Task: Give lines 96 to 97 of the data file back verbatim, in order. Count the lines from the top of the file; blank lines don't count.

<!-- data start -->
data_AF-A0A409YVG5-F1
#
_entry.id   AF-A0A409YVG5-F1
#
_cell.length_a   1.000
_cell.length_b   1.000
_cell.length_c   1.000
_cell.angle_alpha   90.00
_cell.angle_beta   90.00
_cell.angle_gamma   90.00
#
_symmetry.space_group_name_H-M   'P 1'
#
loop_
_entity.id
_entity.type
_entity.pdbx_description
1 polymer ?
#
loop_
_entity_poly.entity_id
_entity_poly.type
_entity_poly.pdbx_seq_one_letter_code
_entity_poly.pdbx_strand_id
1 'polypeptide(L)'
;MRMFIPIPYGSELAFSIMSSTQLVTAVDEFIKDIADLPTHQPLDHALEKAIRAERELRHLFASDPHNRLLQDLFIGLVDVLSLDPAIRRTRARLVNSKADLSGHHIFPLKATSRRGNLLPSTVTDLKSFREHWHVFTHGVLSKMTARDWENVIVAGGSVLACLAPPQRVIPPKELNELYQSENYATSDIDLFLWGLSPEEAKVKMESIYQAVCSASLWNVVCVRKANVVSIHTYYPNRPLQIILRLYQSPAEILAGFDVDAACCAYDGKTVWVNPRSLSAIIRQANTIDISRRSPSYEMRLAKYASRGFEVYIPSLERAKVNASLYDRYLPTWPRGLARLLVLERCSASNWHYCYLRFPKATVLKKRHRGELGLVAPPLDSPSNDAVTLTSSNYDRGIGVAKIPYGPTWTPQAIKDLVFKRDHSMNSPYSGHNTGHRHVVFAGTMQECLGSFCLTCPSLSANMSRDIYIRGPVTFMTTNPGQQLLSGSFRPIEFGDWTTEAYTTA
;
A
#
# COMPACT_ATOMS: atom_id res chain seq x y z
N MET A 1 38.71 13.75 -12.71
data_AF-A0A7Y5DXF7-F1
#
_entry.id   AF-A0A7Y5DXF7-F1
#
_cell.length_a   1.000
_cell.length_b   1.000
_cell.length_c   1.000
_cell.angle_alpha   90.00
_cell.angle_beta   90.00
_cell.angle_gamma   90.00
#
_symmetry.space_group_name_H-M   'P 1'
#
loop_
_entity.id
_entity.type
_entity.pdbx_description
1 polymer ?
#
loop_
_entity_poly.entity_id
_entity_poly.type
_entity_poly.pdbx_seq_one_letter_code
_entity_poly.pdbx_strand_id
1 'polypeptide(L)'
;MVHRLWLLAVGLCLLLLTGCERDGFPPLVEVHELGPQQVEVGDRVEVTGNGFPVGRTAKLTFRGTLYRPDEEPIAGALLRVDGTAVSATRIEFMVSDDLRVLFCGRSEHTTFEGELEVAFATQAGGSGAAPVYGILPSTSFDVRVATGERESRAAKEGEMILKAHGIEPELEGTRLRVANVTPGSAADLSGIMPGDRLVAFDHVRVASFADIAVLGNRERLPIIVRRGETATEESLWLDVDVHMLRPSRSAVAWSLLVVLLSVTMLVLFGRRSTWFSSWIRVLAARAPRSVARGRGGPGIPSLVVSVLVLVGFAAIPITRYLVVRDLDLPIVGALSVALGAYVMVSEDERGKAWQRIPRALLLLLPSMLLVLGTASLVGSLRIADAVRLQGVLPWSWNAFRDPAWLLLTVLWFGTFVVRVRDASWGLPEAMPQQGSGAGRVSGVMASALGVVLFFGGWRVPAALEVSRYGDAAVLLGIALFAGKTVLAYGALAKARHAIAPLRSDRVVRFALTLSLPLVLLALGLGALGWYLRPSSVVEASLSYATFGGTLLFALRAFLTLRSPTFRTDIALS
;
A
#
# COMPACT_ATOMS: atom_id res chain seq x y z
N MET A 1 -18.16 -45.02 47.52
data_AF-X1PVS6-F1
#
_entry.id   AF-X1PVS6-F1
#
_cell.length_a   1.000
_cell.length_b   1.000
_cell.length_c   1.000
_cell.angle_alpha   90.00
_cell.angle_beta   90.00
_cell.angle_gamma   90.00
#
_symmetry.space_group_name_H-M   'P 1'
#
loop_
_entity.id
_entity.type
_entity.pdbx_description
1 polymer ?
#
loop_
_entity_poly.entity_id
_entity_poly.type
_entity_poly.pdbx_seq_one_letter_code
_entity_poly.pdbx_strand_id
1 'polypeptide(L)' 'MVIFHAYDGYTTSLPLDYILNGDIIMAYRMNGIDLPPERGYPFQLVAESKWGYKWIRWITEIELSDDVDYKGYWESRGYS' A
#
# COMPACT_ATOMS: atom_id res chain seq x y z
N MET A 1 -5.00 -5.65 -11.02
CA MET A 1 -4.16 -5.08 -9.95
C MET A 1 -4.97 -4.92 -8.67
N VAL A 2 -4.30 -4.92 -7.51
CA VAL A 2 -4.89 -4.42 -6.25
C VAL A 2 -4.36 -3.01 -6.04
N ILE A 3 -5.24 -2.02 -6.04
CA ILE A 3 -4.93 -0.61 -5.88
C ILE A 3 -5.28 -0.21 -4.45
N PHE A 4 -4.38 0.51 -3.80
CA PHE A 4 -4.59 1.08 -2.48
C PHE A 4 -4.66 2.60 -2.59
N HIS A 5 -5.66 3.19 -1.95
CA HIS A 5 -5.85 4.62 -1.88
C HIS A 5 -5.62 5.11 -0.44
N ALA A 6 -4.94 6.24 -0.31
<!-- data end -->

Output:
N ILE A 3 -5.24 -2.02 -6.04
CA ILE A 3 -4.93 -0.61 -5.88